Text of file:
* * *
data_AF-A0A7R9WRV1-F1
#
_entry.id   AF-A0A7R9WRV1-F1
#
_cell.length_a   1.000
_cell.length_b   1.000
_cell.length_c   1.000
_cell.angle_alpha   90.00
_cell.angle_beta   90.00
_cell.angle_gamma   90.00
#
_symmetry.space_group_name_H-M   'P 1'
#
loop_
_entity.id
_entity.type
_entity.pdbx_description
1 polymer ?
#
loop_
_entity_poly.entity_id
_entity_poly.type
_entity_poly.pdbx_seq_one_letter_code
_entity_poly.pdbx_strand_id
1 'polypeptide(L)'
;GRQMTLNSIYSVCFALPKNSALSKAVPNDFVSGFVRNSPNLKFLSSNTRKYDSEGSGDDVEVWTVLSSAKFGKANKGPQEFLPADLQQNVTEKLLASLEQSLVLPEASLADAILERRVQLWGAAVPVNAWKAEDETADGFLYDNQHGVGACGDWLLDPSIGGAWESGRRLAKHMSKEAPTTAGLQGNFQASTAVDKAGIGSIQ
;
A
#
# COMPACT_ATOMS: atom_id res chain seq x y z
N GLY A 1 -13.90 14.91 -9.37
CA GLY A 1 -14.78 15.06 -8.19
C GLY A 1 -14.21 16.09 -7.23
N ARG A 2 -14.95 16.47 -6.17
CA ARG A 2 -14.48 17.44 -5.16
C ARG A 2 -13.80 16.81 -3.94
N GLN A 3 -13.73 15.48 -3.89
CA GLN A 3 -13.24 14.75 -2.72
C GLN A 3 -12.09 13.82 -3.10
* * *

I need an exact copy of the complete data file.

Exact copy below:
data_AF-A0A7R9WRV1-F1
#
_entry.id   AF-A0A7R9WRV1-F1
#
_cell.length_a   1.000
_cell.length_b   1.000
_cell.length_c   1.000
_cell.angle_alpha   90.00
_cell.angle_beta   90.00
_cell.angle_gamma   90.00
#
_symmetry.space_group_name_H-M   'P 1'
#
loop_
_entity.id
_entity.type
_entity.pdbx_description
1 polymer ?
#
loop_
_entity_poly.entity_id
_entity_poly.type
_entity_poly.pdbx_seq_one_letter_code
_entity_poly.pdbx_strand_id
1 'polypeptide(L)'
;GRQMTLNSIYSVCFALPKNSALSKAVPNDFVSGFVRNSPNLKFLSSNTRKYDSEGSGDDVEVWTVLSSAKFGKANKGPQEFLPADLQQNVTEKLLASLEQSLVLPEASLADAILERRVQLWGAAVPVNAWKAEDETADGFLYDNQHGVGACGDWLLDPSIGGAWESGRRLAKHMSKEAPTTAGLQGNFQASTAVDKAGIGSIQ
;
A
#
# COMPACT_ATOMS: atom_id res chain seq x y z
N GLY A 1 -13.90 14.91 -9.37
CA GLY A 1 -14.78 15.06 -8.19
C GLY A 1 -14.21 16.09 -7.23
N ARG A 2 -14.95 16.47 -6.17
CA ARG A 2 -14.48 17.44 -5.16
C ARG A 2 -13.80 16.81 -3.94
N GLN A 3 -13.73 15.48 -3.89
CA GLN A 3 -13.24 14.75 -2.72
C GLN A 3 -12.09 13.82 -3.10